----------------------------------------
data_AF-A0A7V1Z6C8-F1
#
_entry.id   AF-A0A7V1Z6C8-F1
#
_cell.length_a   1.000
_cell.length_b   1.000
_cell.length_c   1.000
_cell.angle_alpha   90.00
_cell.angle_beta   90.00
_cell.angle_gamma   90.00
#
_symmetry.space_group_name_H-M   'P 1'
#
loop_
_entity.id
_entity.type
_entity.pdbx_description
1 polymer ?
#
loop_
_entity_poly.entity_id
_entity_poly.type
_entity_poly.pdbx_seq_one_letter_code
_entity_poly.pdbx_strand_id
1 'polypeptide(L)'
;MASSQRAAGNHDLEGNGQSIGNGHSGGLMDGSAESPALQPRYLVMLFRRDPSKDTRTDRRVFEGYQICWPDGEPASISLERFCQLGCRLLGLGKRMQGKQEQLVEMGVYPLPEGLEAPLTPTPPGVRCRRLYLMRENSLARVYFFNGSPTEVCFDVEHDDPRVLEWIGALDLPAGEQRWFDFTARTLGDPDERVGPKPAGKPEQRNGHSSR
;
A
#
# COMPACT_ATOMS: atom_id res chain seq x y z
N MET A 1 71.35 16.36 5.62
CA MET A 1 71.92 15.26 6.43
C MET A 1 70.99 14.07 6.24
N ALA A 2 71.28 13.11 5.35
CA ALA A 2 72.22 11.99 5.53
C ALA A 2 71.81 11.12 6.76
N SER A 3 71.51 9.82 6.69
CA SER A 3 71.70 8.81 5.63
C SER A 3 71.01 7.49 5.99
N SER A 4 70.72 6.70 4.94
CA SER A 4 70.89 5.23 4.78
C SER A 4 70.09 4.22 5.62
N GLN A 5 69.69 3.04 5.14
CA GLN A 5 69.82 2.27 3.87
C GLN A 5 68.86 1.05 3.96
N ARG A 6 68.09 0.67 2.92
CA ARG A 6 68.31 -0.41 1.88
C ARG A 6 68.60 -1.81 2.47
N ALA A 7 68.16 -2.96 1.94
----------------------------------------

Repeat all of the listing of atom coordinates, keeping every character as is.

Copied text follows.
data_AF-A0A7V1Z6C8-F1
#
_entry.id   AF-A0A7V1Z6C8-F1
#
_cell.length_a   1.000
_cell.length_b   1.000
_cell.length_c   1.000
_cell.angle_alpha   90.00
_cell.angle_beta   90.00
_cell.angle_gamma   90.00
#
_symmetry.space_group_name_H-M   'P 1'
#
loop_
_entity.id
_entity.type
_entity.pdbx_description
1 polymer ?
#
loop_
_entity_poly.entity_id
_entity_poly.type
_entity_poly.pdbx_seq_one_letter_code
_entity_poly.pdbx_strand_id
1 'polypeptide(L)'
;MASSQRAAGNHDLEGNGQSIGNGHSGGLMDGSAESPALQPRYLVMLFRRDPSKDTRTDRRVFEGYQICWPDGEPASISLERFCQLGCRLLGLGKRMQGKQEQLVEMGVYPLPEGLEAPLTPTPPGVRCRRLYLMRENSLARVYFFNGSPTEVCFDVEHDDPRVLEWIGALDLPAGEQRWFDFTARTLGDPDERVGPKPAGKPEQRNGHSSR
;
A
#
# COMPACT_ATOMS: atom_id res chain seq x y z
N MET A 1 71.35 16.36 5.62
CA MET A 1 71.92 15.26 6.43
C MET A 1 70.99 14.07 6.24
N ALA A 2 71.28 13.11 5.35
CA ALA A 2 72.22 11.99 5.53
C ALA A 2 71.81 11.12 6.76
N SER A 3 71.51 9.82 6.69
CA SER A 3 71.70 8.81 5.63
C SER A 3 71.01 7.49 5.99
N SER A 4 70.72 6.70 4.94
CA SER A 4 70.89 5.23 4.78
C SER A 4 70.09 4.22 5.62
N GLN A 5 69.69 3.04 5.14
CA GLN A 5 69.82 2.27 3.87
C GLN A 5 68.86 1.05 3.96
N ARG A 6 68.09 0.67 2.92
CA ARG A 6 68.31 -0.41 1.88
C ARG A 6 68.60 -1.81 2.47
N ALA A 7 68.16 -2.96 1.94